Hip-Hop Revolution: The Culture and Politics of Rap (CultureAmerica) [Jeffrey O. G. Ogbar] on *FREE* shipping on qualifying offers. In the world of. Jeffrey O. G. Ogbar’s new book is a wide-ranging and knowledgeable addition to the expanding field of hip-hop studies. He addresses many. In this groundbreaking book, Jeffrey O. G. Ogbar celebrates hip-hop and confronts the cult of authenticity that defines its essential character—that dictates how.

Author: Vishicage Shakak
Country: El Salvador
Language: English (Spanish)
Genre: Medical
Published (Last): 18 January 2015
Pages: 415
PDF File Size: 3.49 Mb
ePub File Size: 6.37 Mb
ISBN: 661-7-55479-742-2
Downloads: 48014
Price: Free* [*Free Regsitration Required]
Uploader: Samular

This single location in Australian Capital Territory: Ogbar celebrates hip-hop and confronts the cult of authenticity that defines its essential character. University Press of Kansas- Music – pages. We were unable to find this edition in any bookshop we are able to search. We use cookies to give you the best possible experience.

Reel History Robert Brent Toplin. In the world of hip-hop, “keeping it real” has always been a primary goal—and realness takes on special meaning as rappers mold their images for street cred and increasingly measure authenticity by ghetto-centric notions of “Who’s badder? As a historian deeply conversant with hip-hop, Ogbar builds most of his arguments by combining long-frame historicization, contemporary contextualization, and lyric analysis.

Hip-hop Revolution: The Culture and Politics of Rap – Jeffrey Ogbonna Green Ogbar – Google Books

My library Help Advanced Book Search. This single location in South Australia: Carbon Nation Bob Johnson. Ogbar shows that these questions – among the many more that rap music raises – are much more complicated than they first seem. Other editions – View all Hip-hop Revolution: Built on the Johns Hopkins University Campus. Kgbar to add to list. Email alerts New issue alert.


Project MUSE Mission Project MUSE promotes the creation and dissemination of essential humanities and social science resources through collaboration with libraries, publishers, and scholars worldwide. Series CultureAmerica Culture America. Account Options Sign in.

Forged from a partnership between a university press and a library, Project MUSE is a trusted part of the academic and scholarly community it serves. These online bookshops told us they have this item: JavaScript seems to be obbar in your browser. These 5 locations in All: Ogbar is associate professor of history and director of the Institute for African American Studies at the University of Connecticut.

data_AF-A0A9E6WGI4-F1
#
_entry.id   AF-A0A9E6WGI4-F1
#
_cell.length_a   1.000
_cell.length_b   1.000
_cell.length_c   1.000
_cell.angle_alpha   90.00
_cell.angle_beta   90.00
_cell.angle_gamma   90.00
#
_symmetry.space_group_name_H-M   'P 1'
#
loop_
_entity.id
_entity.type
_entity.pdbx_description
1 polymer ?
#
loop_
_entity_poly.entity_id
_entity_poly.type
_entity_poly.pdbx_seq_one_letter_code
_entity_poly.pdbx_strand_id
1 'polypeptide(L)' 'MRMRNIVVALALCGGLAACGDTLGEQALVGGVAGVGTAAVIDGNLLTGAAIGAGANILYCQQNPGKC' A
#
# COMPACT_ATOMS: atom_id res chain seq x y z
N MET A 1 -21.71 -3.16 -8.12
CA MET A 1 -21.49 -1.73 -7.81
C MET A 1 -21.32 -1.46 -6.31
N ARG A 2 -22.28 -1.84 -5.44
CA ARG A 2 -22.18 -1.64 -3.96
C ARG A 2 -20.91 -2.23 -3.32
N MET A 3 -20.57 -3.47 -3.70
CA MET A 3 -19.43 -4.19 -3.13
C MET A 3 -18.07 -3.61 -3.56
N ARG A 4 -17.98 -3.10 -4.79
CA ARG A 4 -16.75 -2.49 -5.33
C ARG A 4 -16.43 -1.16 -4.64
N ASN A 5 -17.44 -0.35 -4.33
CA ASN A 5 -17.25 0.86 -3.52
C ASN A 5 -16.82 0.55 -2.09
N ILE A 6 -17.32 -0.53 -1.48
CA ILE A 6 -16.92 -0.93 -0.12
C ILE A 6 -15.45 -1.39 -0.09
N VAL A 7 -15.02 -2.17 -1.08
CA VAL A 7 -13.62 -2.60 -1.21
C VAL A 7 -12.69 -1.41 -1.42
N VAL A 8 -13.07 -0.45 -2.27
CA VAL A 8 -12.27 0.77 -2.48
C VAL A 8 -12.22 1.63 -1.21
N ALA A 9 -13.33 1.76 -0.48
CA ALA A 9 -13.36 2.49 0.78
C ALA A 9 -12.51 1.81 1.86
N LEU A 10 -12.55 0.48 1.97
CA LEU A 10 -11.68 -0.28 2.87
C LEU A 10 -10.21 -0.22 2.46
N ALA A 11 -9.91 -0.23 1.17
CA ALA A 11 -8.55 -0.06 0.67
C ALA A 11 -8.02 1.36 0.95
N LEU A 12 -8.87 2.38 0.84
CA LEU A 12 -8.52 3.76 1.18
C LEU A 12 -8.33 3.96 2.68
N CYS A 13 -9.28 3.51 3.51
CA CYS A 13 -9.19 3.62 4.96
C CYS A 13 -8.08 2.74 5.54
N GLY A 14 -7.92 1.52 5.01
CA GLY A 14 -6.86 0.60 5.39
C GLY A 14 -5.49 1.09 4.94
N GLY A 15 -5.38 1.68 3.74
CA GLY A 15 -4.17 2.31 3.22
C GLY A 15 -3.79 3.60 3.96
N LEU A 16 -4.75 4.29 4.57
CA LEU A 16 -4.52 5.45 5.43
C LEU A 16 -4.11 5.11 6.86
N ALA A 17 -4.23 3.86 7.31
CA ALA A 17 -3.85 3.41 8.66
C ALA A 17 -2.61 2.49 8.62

Then set up a personal list of libraries from your profile page by clicking on your user name at the top right of any screen.

Hip-hop Revolution : The Culture and Politics of Rap

The remainder of the chapter examines the proliferating echoes of minstrel images in s hip-hop, as evidenced by the defining characteristics of greed, violence, hypersexuality and pathos in gangsta rap a genre further defined in chapter two. Summary “In this groundbreaking book, Jeffrey O. Receive exclusive offers and updates from Oxford Academic.


A History of the Hip-Hop Generation “A wide-ranging and knowledgeable addition to the expanding revolutkon of hip-hop studies.

Separate different tags with a comma. Hip-Hop Revolution compellingly examines race, gender, authenticity, and this African American generation’s quest for true democracy and liberation.


Ranging across the rap spectrum from the conscious hip-hop of Mos Def to the gangsta rap of 50 Cent to the “underground” jefftey of Jurassic 5 and the Roots, he tracks the ongoing quest for a unique and credible voice to show how complex, contested, and malleable these codes of authenticity are.

He addresses many aspects of this controversial and influential cultural phenomenon: Most important, Ogbar persuasively challenges widely held notions that hip-hop revolutiob socially dangerous—to black youths in particular—by addressing the ways in which rappers critically view the popularity of crime-focused lyrics, the antisocial messages of revilution peers, and the volatile politics of the word “nigga.

You could not be signed in. As Ogbar highlights throughout his thoughtful and provocative book, hip-hop culture is on the cutting-edge of all that matters in contemporary America.